Did children in the school ever treat her differently?

That has never happened with Mamta. She has grown up with other children, who have been very sensitive. They also realised that she is a part of them. Some other child may look at her and see her as different, but her classmates grew up with her. So that way, they also became aware. I never felt that she was being discriminated against in any way.

You have personally been taking Mamta to school.

Yes, I would drop her to the classroom and would stick around in case I had to take her around the school, like to the library or computer lab. In the practical lab, teachers would allow me to come inside and help her out. She does not take tuition; I have taught her on my own from the beginning. If I had any doubts, I always approached her school teachers. They would also meet me after school hours. They would teach me a particular topic and I would teach my daughter.

Apart from academics, what kind of things does your daughter take interest in?

I don’t allow Mamta to use social media, although she is on WhatsApp. She likes to read books, especially Enid Blyton. She also listens to a lot of music. My daughter is a very happy-go-lucky child.

What does Mamta want to study after this?

She will most likely choose Humanities, which will be easier for her. She also likes history and geography a lot.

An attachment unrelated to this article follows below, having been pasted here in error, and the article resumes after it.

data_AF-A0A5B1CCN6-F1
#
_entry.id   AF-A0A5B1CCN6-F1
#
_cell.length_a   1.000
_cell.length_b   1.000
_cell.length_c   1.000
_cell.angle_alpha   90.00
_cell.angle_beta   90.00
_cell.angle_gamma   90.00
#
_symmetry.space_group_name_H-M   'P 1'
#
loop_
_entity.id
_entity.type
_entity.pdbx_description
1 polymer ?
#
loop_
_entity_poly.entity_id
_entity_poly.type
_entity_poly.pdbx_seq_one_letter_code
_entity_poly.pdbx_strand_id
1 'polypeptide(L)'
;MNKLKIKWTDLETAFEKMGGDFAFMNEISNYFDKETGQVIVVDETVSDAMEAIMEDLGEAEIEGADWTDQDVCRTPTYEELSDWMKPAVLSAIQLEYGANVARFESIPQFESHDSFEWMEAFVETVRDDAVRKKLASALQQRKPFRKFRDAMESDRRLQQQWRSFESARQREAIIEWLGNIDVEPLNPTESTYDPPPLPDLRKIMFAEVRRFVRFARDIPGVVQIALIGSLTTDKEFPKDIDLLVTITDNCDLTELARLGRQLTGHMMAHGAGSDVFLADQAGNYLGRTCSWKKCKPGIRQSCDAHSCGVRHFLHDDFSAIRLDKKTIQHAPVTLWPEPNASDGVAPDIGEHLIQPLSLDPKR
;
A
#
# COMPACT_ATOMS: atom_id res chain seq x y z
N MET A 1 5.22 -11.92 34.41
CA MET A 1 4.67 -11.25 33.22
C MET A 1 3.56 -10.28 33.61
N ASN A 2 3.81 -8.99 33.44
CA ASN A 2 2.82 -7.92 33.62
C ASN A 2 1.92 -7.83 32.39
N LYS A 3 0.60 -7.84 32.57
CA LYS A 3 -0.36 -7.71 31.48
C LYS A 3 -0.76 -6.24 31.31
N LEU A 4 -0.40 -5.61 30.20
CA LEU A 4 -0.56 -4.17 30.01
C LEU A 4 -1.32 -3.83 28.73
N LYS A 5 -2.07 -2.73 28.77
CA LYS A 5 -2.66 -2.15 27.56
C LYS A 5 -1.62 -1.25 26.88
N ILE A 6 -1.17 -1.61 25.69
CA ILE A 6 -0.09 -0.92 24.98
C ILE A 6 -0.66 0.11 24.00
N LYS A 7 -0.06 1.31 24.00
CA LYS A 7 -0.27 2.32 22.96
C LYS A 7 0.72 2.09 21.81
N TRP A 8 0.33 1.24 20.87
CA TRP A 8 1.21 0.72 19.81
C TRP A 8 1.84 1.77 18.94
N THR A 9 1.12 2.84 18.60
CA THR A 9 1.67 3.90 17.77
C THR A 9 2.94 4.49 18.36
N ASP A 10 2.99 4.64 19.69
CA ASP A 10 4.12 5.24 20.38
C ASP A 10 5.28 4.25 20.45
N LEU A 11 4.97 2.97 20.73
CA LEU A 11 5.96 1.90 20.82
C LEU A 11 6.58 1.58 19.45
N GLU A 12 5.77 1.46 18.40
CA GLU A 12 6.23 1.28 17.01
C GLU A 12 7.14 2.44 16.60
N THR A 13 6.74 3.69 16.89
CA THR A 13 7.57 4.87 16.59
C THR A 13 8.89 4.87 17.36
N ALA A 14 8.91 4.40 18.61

Have your family members been supportive enough?

My parents have always supported me. Mamta’s father has always been abroad. So, I have brought her up single-handedly with the support of other family members, of course. You definitely require a support system or it becomes difficult to manage everything.

People tend to make assumptions about differently-abled children. What would you like to tell them?

There are actually different kinds of cerebral palsy. People need to understand that these children are not different. We need to raise more awareness and make people understand that special needs children can also be at par and can achieve things in life and they deserve a chance. We also need to make public places and transport more disabled-friendly.

Your message for other parents who have special needs children.

All I would say is, never give up. It will never be an easy journey and a lot of challenges will come your way and you may feel like giving up. Many times, you may be in tears but you have to support your child regardless. Because if you do not fight for your child, who will? As parents, we need to push ourselves; be patient and determined and instill the same values in your child as well. My daughter now is at an age where she feels frustrated sometimes for not being able to do things on her own. Parents have to accept the reality but never stop trying. And that’s where your child will draw strength from. Today, Mamta tries to do things on her own. At the same time, get all the support you can. Without that support, Mamta would never have reached at this position in her life.